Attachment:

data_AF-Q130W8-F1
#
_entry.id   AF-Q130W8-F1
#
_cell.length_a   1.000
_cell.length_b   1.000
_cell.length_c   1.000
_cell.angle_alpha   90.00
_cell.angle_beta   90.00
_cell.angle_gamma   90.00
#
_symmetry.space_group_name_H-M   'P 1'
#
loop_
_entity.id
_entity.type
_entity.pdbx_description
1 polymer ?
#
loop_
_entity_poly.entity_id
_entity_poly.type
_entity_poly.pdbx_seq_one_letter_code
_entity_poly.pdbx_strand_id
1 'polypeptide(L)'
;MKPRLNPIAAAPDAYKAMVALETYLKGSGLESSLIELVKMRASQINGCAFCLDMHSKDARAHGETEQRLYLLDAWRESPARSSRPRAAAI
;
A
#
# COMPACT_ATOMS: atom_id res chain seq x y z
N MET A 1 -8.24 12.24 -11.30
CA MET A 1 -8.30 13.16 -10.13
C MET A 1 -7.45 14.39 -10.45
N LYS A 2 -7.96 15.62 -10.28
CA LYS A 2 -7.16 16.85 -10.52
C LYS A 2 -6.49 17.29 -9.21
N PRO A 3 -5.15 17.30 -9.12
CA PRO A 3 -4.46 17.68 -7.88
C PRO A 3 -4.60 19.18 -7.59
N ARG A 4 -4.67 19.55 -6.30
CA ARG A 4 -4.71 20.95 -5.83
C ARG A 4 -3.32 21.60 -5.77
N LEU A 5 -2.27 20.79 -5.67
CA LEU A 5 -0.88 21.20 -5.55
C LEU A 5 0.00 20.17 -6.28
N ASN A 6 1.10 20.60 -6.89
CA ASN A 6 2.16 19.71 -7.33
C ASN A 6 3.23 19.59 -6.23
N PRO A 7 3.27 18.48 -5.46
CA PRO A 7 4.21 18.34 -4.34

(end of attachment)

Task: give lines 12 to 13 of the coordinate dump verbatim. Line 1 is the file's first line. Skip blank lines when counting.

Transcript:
_symmetry.space_group_name_H-M   'P 1'
#